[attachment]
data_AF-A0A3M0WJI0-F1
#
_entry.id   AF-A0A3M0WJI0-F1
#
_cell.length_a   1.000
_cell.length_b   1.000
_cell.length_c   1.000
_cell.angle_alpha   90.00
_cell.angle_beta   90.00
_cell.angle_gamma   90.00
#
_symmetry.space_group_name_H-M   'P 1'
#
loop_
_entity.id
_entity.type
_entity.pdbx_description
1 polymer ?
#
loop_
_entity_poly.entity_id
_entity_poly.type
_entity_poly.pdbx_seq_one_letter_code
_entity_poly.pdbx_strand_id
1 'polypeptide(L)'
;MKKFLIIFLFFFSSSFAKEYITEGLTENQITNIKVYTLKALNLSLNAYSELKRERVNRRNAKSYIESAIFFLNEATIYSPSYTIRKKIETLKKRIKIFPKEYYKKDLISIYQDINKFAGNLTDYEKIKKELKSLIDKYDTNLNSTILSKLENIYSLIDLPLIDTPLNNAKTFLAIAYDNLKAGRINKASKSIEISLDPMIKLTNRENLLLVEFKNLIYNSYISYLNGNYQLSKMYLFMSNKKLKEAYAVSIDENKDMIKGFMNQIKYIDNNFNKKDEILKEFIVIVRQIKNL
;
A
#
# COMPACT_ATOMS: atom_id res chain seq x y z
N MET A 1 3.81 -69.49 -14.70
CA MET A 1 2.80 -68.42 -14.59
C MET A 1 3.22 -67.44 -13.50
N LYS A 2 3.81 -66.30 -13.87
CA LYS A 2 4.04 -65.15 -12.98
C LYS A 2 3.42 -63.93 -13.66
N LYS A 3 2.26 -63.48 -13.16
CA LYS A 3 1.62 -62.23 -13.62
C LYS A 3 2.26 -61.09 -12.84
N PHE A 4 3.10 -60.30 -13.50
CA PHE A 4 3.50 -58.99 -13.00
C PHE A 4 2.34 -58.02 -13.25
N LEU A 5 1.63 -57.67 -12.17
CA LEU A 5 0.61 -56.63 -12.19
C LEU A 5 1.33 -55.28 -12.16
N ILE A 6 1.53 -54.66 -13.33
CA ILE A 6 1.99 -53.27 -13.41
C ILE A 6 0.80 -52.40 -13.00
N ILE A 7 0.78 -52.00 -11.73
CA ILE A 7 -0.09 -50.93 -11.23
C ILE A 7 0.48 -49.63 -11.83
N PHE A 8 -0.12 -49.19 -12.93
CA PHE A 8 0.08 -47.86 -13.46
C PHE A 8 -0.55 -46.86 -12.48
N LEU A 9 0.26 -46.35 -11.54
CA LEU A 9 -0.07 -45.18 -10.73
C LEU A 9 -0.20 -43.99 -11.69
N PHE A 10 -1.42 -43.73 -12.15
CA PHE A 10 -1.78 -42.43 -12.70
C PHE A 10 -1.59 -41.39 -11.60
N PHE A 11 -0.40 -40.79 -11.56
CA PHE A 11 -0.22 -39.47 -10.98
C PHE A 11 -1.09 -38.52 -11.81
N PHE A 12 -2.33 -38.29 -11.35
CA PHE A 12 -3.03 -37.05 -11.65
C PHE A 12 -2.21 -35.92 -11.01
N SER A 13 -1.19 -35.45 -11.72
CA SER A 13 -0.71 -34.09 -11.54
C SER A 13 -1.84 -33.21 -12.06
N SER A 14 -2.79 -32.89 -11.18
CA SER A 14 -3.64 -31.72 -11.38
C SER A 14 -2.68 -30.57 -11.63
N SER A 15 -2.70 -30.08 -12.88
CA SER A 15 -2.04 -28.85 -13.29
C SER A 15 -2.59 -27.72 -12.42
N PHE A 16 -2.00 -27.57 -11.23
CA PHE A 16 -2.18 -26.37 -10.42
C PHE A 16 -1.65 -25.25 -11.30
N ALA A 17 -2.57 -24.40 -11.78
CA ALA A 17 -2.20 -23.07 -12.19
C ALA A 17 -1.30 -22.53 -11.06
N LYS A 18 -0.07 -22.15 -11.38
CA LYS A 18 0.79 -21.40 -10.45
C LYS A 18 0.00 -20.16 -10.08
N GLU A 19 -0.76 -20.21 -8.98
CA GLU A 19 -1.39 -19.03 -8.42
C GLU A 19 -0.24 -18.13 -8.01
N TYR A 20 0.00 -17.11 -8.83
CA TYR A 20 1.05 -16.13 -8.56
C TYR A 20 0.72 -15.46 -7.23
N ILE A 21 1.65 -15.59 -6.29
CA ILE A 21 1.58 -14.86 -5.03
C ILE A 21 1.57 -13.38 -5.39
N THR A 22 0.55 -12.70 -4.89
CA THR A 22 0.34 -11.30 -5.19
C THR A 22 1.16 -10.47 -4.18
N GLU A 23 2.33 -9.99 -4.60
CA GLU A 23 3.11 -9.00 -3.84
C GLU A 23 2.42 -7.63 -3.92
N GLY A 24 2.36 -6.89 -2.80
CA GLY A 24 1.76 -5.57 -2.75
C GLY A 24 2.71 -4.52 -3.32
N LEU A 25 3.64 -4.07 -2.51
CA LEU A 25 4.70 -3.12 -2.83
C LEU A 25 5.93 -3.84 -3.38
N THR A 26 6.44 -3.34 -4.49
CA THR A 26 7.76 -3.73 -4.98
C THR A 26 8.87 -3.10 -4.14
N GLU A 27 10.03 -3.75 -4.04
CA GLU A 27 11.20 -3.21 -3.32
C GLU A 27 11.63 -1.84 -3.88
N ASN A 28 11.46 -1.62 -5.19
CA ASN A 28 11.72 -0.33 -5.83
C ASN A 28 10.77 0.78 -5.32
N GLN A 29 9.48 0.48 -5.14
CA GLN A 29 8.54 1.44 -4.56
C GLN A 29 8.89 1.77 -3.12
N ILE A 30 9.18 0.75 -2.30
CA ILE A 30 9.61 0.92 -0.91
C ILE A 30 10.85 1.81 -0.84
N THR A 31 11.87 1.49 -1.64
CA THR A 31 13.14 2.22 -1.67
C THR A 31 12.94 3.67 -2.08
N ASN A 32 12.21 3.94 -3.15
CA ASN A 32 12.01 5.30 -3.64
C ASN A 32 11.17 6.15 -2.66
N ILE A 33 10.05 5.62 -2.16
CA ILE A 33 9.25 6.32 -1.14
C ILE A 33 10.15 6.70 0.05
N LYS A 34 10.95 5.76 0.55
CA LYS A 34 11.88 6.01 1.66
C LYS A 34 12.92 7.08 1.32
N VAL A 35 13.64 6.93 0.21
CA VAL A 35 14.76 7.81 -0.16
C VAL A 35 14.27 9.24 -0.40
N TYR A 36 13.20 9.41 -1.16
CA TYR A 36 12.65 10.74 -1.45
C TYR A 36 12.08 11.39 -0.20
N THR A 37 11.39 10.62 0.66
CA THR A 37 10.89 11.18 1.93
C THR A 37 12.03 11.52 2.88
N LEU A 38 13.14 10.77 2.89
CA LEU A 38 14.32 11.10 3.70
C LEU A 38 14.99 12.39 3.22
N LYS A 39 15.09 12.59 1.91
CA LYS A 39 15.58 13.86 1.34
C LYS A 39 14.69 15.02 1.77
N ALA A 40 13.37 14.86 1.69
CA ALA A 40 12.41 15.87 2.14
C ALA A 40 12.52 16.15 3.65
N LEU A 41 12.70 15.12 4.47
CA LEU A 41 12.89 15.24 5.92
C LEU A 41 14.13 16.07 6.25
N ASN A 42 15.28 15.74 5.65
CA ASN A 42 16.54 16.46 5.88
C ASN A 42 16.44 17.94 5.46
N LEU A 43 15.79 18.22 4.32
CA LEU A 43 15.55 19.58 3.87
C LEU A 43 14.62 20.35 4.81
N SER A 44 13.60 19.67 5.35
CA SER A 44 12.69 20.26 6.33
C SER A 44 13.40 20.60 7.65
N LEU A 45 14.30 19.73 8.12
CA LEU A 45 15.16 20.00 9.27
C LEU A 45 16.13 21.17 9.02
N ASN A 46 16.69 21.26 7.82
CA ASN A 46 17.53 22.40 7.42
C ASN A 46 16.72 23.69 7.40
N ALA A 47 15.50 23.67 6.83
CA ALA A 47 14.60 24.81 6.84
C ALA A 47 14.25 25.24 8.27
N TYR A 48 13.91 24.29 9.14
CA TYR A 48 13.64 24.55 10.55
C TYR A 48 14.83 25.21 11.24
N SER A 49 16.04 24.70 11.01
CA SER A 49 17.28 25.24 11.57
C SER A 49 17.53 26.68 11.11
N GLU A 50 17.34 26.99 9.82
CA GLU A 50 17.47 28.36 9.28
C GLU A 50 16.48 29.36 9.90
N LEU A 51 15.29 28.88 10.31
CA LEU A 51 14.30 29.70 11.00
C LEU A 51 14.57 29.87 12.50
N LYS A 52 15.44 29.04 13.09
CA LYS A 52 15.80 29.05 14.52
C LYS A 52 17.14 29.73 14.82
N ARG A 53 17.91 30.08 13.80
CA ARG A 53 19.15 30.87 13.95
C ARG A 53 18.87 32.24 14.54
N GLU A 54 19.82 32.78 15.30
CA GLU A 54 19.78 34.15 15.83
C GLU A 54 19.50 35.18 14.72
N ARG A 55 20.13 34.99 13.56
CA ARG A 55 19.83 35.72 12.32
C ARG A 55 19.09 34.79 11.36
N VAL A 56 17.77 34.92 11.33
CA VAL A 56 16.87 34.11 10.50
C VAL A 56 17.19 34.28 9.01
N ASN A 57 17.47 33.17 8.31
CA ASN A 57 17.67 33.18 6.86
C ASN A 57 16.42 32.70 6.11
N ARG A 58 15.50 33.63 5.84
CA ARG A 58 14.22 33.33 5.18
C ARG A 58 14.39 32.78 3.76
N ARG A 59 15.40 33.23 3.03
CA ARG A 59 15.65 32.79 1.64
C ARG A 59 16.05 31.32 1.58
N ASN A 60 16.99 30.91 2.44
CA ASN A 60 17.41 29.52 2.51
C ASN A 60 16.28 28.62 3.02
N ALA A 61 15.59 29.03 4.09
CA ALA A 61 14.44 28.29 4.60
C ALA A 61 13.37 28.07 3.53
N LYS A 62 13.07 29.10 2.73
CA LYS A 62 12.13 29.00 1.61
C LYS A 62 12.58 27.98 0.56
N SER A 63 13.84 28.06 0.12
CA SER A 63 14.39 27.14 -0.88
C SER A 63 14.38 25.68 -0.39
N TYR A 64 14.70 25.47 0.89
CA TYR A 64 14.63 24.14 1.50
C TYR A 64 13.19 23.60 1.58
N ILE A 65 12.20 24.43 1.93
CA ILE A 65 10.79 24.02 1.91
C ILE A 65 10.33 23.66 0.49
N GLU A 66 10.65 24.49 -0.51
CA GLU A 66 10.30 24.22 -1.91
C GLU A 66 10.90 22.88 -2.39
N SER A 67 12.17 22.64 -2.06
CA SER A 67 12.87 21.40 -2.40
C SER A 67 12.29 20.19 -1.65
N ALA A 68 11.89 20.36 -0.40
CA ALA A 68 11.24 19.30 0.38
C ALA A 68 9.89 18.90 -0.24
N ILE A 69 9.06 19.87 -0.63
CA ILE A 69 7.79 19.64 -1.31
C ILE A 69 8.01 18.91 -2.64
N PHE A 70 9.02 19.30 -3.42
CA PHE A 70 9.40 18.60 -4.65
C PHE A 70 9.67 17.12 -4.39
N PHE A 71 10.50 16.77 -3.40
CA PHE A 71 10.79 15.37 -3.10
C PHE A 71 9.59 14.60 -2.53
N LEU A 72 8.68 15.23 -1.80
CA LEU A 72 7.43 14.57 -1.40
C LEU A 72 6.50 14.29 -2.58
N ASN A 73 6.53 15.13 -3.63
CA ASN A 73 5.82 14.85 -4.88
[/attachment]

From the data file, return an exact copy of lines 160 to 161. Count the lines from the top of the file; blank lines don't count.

N SER A 44 13.60 19.67 5.35
CA SER A 44 12.69 20.26 6.33